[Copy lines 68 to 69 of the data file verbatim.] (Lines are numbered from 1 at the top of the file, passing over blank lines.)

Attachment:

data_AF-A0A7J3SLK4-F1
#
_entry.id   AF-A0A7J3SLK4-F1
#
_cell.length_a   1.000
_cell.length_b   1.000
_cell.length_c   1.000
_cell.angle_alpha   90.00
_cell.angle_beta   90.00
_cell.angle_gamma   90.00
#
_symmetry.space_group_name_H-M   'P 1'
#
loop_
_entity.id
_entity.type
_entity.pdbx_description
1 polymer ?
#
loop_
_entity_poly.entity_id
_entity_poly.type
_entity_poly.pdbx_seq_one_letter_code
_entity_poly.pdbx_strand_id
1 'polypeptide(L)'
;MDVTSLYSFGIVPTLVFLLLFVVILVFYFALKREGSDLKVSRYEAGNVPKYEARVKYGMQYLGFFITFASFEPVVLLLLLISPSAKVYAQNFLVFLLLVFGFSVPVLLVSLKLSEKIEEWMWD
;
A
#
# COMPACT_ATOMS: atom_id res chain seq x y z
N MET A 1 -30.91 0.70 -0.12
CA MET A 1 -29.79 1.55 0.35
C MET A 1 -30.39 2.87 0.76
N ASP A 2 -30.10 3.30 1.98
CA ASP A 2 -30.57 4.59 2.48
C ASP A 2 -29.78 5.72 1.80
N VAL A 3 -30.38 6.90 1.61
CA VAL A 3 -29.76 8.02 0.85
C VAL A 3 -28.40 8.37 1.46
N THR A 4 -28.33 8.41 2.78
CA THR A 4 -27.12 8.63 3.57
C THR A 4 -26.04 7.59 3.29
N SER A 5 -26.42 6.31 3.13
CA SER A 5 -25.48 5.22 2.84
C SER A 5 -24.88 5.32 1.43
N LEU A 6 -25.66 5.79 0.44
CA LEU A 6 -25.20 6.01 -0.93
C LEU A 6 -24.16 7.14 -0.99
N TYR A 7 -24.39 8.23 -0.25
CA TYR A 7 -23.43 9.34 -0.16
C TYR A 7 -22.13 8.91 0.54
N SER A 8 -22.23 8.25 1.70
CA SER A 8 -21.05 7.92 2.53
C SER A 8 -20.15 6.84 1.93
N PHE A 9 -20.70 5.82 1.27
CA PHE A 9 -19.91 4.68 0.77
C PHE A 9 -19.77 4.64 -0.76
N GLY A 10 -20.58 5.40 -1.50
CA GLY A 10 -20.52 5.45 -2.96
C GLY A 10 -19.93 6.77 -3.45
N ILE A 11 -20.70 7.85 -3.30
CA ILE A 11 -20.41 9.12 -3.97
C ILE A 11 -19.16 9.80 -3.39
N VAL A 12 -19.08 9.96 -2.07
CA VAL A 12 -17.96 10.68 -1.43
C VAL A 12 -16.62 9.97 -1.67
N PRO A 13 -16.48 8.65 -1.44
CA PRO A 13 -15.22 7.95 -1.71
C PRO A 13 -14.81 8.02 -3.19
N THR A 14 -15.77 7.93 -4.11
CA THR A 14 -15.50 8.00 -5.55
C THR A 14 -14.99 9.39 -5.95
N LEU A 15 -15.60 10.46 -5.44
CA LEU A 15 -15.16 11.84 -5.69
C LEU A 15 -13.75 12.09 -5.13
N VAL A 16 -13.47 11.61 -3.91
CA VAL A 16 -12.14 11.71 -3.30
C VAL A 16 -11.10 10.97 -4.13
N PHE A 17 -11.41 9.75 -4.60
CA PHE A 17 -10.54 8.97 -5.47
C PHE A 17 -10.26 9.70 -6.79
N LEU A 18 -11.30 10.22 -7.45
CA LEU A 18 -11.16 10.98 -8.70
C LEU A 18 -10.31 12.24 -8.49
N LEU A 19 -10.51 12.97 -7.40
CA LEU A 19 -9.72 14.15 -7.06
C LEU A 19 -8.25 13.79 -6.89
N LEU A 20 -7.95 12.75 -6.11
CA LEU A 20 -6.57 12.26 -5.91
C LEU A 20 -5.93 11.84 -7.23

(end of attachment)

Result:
CA PRO A 13 -15.22 7.95 -1.71
C PRO A 13 -14.81 8.02 -3.19